Critical care involves the care of the sickest patients in the hospital. Critically ill patients have usually been through a significant insult to their body (such as trauma, infection, burn) and have developed organ failure and require life-support. Critical Care is the largest theme bringing together clinicians and scientists from diverse backgrounds and includes collaborative research from hospitals throughout north-west London. Investigations range from evaluating biological mechanisms of organ failure through to the development of innovative technologies which allow the short-term and long-term support and recovery of organs.
Many people are exposed to the environment of an Intensive care unit (ICU) either personally or through a family member. It is often a life-changing event and our work aims to reduce this impact facilitating post-ICU recovery.
- Acute Respiratory Distress Syndrome (ARDS)
- Burn injury
- Extracorporeal life support
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Journal articleRichardson AL, Vizcaychipi MP, 2014,
Whether or not to offer treatment to a patient, is a dilemma that occurs throughout medicine. The decision to admit to the Intensive Care Unit for life-sustaining care, or for more limited treatment can be difficult. This article aims to cover consent for treatment, advance directives, and best interests, and the continued care that should be provided if the patient ends their life on the Intensive Care Unit. © 2013 Elsevier Ltd.
Journal articleTridente A, Clarke GM, Walden A, et al., 2014,
Journal articleLyman M, Lloyd DG, Ji X, et al., 2014,
Journal articleLax S, Wilson MR, Takata M, et al., 2014,
Arterial oxygen saturation has not been assessed sequentially in conscious mice as a direct consequence of an in vivo murine model of acute lung injury. Here, we report daily changes in arterial oxygen saturation and other cardiopulmonary parameters by using infrared pulse oximetry following intratracheal lipopolysaccharide (IT-LPS) for up to 9 days, and following IT-phosphate buffered saline up to 72 h as a control. We show that arterial oxygen saturation decreases, with maximal decline at 96 h post IT-LPS. Blood oxygen levels negatively correlate with 7 of 10 quantitative markers of murine lung injury, including neutrophilia and interleukin-6 expression. This identifies infrared pulse oximetry as a method to non-invasively monitor arterial oxygen saturation following direct LPS instillations.
Conference paperSoni S, Wilson MR, O'Dea K, et al., 2014,
Microvesicles Are Sequentially Released From Different Intra-Alveolar Cells In A Mouse Model Of Acute Lung Injury, Publisher: AMER THORACIC SOC, ISSN: 1073-449X
Journal articleWakabayashi K, Wilson MR, Tatham KC, et al., 2014,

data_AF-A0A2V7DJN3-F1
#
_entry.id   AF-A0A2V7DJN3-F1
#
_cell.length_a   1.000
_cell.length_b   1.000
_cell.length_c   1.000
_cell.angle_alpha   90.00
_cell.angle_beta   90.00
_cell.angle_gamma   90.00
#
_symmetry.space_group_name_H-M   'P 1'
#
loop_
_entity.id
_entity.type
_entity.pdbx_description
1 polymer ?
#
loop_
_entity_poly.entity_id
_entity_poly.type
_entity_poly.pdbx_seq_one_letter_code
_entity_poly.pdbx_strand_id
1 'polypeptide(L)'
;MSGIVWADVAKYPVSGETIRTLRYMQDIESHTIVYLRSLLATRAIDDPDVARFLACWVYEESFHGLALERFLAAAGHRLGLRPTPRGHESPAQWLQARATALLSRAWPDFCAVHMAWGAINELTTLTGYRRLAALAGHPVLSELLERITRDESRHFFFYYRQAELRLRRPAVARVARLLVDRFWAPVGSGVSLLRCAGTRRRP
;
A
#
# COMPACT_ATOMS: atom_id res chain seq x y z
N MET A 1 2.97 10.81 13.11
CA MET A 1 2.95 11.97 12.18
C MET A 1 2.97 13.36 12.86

Objectives: Ventilator-induced lung injury has substantive impact on mortality of patients with acute respiratory distress syndrome. Although low tidal volume ventilation has been shown to reduce mortality, clinical benefits of open-lung strategy are controversial. In this study, we investigated the impact of two distinct forms of ventilator-induced lung injury, i.e., volutrauma and atelectrauma, on the progression of lung injury and inflammation, in particular alveolar and systemic cytokine production.Design: Ex vivo study.Setting: University research laboratory.Subjects: C57BL/6 mice.Interventions: Isolated, buffer-perfused lungs were allocated to one of three ventilatory protocols for 3 hours: control group received low tidal volume (7 mL/kg) with positive end-expiratory pressure (5 cm H2O) and regular sustained inflation; high-stretch group received high tidal volume (30–32 mL/kg) with positive end-expiratory pressure (3 cm H2O) and sustained inflation; and atelectasis group received the same tidal volume as control but neither positive end-expiratory pressure nor sustained inflation.Measurements and Main Results: Both injurious ventilatory protocols developed comparable levels of physiological injury and pulmonary edema, measured by respiratory system mechanics and lavage fluid protein. High-stretch induced marked increases in proinflammatory cytokines in perfusate and lung lavage fluid, compared to control. In contrast, atelectasis had no effect on perfusate cytokines compared to control but did induce some up-regulation of lavage cytokines. Depletion of monocytes marginated within the lung microvasculature, achieved by pretreating mice with IV liposome-encapsulated clodronate, significantly attenuated perfusate cytokine levels, especially tumor necrosis factor, in the high-stretch, but not atelectasis group.Conclusions: Volutrauma (high-stretch), but not atelectrauma (atelectasis), directly activates monocytes within the pulm